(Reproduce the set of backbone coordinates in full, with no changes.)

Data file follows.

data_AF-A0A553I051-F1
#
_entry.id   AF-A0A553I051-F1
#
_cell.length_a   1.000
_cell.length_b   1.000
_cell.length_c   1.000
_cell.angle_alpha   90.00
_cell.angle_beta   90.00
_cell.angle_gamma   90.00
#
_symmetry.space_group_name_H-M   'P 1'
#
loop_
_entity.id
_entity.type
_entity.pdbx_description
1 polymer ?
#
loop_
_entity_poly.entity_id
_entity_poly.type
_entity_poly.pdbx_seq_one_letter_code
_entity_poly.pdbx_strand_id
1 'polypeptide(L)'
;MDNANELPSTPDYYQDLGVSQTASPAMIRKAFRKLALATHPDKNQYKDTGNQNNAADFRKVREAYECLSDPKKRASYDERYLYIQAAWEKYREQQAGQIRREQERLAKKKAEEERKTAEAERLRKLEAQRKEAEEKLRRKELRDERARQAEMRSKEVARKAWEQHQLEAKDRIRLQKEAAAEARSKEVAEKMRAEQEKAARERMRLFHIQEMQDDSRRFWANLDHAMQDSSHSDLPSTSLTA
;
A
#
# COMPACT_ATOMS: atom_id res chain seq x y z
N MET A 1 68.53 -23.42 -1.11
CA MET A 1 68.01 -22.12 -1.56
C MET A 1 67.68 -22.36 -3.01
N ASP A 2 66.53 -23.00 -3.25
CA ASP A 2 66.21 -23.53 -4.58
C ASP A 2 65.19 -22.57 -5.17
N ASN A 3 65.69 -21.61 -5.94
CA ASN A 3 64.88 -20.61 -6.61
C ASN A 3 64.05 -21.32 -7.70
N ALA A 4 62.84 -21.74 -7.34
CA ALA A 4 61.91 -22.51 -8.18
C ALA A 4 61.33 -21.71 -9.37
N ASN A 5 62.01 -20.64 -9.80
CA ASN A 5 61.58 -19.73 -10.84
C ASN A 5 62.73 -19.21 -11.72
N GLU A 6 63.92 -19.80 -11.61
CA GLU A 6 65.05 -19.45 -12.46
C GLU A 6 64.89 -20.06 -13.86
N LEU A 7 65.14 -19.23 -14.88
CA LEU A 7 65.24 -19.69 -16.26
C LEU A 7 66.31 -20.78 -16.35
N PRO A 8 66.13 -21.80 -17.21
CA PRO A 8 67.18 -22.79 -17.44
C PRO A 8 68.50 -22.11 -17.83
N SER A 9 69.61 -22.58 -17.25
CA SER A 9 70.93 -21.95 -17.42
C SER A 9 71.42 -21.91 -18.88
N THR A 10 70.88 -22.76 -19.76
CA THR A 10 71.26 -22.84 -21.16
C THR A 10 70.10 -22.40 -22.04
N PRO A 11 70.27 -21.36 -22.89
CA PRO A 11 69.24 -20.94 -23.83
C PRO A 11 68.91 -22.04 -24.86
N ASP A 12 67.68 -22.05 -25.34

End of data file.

data_AF-A0A553I051-F1
#
_entry.id   AF-A0A553I051-F1
#
_cell.length_a   1.000
_cell.length_b   1.000
_cell.length_c   1.000
_cell.angle_alpha   90.00
_cell.angle_beta   90.00
_cell.angle_gamma   90.00
#
_symmetry.space_group_name_H-M   'P 1'
#
loop_
_entity.id
_entity.type
_entity.pdbx_description
1 polymer ?
#
loop_
_entity_poly.entity_id
_entity_poly.type
_entity_poly.pdbx_seq_one_letter_code
_entity_poly.pdbx_strand_id
1 'polypeptide(L)'
;MDNANELPSTPDYYQDLGVSQTASPAMIRKAFRKLALATHPDKNQYKDTGNQNNAADFRKVREAYECLSDPKKRASYDERYLYIQAAWEKYREQQAGQIRREQERLAKKKAEEERKTAEAERLRKLEAQRKEAEEKLRRKELRDERARQAEMRSKEVARKAWEQHQLEAKDRIRLQKEAAAEARSKEVAEKMRAEQEKAARERMRLFHIQEMQDDSRRFWANLDHAMQDSSHSDLPSTSLTA
;
A
#
# COMPACT_ATOMS: atom_id res chain seq x y z
N MET A 1 68.53 -23.42 -1.11
CA MET A 1 68.01 -22.12 -1.56
C MET A 1 67.68 -22.36 -3.01
N ASP A 2 66.53 -23.00 -3.25
CA ASP A 2 66.21 -23.53 -4.58
C ASP A 2 65.19 -22.57 -5.17
N ASN A 3 65.69 -21.61 -5.94
CA ASN A 3 64.88 -20.61 -6.61
C ASN A 3 64.05 -21.32 -7.70
N ALA A 4 62.84 -21.74 -7.34
CA ALA A 4 61.91 -22.51 -8.18
C ALA A 4 61.33 -21.71 -9.37
N ASN A 5 62.01 -20.64 -9.80
CA ASN A 5 61.58 -19.73 -10.84
C ASN A 5 62.73 -19.21 -11.72
N GLU A 6 63.92 -19.80 -11.61
CA GLU A 6 65.05 -19.45 -12.46
C GLU A 6 64.89 -20.06 -13.86
N LEU A 7 65.14 -19.23 -14.88
CA LEU A 7 65.24 -19.69 -16.26
C LEU A 7 66.31 -20.78 -16.35
N PRO A 8 66.13 -21.80 -17.21
CA PRO A 8 67.18 -22.79 -17.44
C PRO A 8 68.50 -22.11 -17.83
N SER A 9 69.61 -22.58 -17.25
CA SER A 9 70.93 -21.95 -17.42
C SER A 9 71.42 -21.91 -18.88
N THR A 10 70.88 -22.76 -19.76
CA THR A 10 71.26 -22.84 -21.16
C THR A 10 70.10 -22.40 -22.04
N PRO A 11 70.27 -21.36 -22.89
CA PRO A 11 69.24 -20.94 -23.83
C PRO A 11 68.91 -22.04 -24.86
N ASP A 12 67.68 -22.05 -25.34